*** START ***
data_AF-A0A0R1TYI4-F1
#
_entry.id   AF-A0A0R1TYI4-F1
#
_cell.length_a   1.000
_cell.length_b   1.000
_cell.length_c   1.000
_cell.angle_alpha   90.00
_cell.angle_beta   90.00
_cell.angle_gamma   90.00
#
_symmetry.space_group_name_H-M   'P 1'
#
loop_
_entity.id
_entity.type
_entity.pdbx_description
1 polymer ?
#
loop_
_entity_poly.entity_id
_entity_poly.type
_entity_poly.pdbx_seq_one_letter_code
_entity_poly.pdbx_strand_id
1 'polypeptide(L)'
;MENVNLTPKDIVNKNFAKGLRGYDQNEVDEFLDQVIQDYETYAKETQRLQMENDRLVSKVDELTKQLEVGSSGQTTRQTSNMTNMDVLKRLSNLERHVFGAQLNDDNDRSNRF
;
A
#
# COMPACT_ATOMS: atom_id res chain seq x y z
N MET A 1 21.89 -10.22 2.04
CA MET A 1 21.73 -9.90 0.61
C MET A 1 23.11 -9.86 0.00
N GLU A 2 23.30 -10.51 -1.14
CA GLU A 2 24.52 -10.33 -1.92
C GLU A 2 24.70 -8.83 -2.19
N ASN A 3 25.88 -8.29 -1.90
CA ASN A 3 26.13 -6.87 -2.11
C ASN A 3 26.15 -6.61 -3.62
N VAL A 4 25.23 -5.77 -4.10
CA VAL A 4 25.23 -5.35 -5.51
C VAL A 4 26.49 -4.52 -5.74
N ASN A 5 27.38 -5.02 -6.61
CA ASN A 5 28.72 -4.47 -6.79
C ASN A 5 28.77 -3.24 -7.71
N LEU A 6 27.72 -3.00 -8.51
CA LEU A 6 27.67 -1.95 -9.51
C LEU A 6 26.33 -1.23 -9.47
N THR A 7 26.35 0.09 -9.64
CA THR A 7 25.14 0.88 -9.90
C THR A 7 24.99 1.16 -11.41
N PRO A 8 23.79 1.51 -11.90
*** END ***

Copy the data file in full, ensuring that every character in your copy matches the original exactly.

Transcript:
data_AF-A0A0R1TYI4-F1
#
_entry.id   AF-A0A0R1TYI4-F1
#
_cell.length_a   1.000
_cell.length_b   1.000
_cell.length_c   1.000
_cell.angle_alpha   90.00
_cell.angle_beta   90.00
_cell.angle_gamma   90.00
#
_symmetry.space_group_name_H-M   'P 1'
#
loop_
_entity.id
_entity.type
_entity.pdbx_description
1 polymer ?
#
loop_
_entity_poly.entity_id
_entity_poly.type
_entity_poly.pdbx_seq_one_letter_code
_entity_poly.pdbx_strand_id
1 'polypeptide(L)'
;MENVNLTPKDIVNKNFAKGLRGYDQNEVDEFLDQVIQDYETYAKETQRLQMENDRLVSKVDELTKQLEVGSSGQTTRQTSNMTNMDVLKRLSNLERHVFGAQLNDDNDRSNRF
;
A
#
# COMPACT_ATOMS: atom_id res chain seq x y z
N MET A 1 21.89 -10.22 2.04
CA MET A 1 21.73 -9.90 0.61
C MET A 1 23.11 -9.86 0.00
N GLU A 2 23.30 -10.51 -1.14
CA GLU A 2 24.52 -10.33 -1.92
C GLU A 2 24.70 -8.83 -2.19
N ASN A 3 25.88 -8.29 -1.90
CA ASN A 3 26.13 -6.87 -2.11
C ASN A 3 26.15 -6.61 -3.62
N VAL A 4 25.23 -5.77 -4.10
CA VAL A 4 25.23 -5.35 -5.51
C VAL A 4 26.49 -4.52 -5.74
N ASN A 5 27.38 -5.02 -6.61
CA ASN A 5 28.72 -4.47 -6.79
C ASN A 5 28.77 -3.24 -7.71
N LEU A 6 27.72 -3.00 -8.51
CA LEU A 6 27.67 -1.95 -9.51
C LEU A 6 26.33 -1.23 -9.47
N THR A 7 26.35 0.09 -9.64
CA THR A 7 25.14 0.88 -9.90
C THR A 7 24.99 1.16 -11.41
N PRO A 8 23.79 1.51 -11.90